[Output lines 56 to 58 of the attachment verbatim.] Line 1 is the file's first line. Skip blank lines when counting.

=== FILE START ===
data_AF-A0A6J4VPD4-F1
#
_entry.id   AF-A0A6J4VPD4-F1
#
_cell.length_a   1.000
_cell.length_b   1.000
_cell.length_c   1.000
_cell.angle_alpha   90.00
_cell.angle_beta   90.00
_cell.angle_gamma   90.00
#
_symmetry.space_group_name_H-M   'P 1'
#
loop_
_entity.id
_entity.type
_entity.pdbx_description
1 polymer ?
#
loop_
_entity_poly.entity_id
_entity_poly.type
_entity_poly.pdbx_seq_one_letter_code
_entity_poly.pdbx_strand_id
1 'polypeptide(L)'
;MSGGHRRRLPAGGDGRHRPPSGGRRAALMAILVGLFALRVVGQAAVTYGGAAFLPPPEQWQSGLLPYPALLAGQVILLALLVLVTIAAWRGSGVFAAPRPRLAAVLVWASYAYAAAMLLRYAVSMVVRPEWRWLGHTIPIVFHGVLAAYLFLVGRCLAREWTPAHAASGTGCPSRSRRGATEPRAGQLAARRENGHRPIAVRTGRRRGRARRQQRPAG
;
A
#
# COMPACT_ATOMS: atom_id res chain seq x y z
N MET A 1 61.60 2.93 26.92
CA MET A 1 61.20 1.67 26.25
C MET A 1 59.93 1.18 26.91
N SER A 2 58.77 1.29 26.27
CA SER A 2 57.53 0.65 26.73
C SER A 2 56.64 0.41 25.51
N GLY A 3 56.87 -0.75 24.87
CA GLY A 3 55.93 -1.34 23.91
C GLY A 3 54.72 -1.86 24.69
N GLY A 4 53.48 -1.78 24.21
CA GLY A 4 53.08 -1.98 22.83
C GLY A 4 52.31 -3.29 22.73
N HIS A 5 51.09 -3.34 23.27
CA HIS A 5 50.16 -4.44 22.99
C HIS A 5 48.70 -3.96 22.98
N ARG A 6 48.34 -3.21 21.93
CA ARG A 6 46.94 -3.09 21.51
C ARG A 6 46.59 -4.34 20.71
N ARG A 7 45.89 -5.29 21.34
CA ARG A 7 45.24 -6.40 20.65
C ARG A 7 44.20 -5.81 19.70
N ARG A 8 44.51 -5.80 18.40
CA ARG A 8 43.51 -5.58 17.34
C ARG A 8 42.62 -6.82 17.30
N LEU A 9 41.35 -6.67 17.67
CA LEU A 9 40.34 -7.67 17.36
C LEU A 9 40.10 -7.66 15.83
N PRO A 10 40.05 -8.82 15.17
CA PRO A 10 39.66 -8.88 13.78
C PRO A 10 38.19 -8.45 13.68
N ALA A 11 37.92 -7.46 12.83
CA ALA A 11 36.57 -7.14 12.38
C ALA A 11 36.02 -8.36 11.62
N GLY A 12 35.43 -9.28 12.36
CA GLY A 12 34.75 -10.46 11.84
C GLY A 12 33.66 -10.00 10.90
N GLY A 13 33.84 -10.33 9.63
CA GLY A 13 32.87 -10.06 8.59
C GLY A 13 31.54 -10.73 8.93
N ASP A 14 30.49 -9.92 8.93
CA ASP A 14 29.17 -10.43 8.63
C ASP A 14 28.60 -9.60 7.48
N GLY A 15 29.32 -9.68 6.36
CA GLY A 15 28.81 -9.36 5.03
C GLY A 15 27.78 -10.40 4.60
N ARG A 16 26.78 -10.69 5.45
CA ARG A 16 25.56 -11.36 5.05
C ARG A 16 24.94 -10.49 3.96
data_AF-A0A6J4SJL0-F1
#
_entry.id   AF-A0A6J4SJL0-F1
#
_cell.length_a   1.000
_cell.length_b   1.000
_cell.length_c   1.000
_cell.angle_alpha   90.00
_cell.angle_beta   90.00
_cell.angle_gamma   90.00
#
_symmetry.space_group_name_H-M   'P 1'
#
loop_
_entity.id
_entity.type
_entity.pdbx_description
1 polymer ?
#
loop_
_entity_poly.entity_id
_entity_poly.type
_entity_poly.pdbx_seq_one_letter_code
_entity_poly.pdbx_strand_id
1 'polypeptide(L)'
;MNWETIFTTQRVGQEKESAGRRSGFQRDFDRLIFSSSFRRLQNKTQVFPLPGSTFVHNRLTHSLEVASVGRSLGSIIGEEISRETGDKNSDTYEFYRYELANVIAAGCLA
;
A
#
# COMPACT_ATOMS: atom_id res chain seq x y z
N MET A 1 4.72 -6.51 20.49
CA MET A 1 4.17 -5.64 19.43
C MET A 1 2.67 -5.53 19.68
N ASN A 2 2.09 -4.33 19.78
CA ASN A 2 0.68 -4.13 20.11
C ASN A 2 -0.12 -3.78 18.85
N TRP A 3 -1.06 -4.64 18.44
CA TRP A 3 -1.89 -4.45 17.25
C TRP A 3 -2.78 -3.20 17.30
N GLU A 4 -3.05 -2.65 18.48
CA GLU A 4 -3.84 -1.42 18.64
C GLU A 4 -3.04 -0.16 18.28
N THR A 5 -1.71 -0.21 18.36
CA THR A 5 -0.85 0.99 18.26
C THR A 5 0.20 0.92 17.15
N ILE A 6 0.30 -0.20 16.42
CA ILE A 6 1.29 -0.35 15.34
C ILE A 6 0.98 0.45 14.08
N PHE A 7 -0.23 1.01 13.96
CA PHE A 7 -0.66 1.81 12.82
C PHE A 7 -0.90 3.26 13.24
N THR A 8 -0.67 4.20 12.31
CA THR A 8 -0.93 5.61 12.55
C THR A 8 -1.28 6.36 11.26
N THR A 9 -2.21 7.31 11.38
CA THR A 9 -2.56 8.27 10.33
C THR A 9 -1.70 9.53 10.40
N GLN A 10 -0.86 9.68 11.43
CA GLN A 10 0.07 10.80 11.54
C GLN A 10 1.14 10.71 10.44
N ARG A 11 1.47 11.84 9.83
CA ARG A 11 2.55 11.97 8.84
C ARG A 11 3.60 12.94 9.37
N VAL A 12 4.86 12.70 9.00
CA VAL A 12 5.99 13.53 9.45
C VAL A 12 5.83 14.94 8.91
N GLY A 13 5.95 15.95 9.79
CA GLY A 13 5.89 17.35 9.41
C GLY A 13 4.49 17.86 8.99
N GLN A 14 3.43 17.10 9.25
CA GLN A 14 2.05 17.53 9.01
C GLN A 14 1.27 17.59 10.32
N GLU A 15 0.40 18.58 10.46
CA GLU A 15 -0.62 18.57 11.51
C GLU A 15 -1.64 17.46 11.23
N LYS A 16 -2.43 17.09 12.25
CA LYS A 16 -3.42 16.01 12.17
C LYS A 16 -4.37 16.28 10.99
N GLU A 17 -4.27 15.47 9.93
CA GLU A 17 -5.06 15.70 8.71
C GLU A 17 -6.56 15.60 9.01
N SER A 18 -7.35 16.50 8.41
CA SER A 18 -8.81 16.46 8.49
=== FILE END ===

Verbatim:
CA LEU A 9 40.34 -7.67 17.36
C LEU A 9 40.10 -7.66 15.83
N PRO A 10 40.05 -8.82 15.17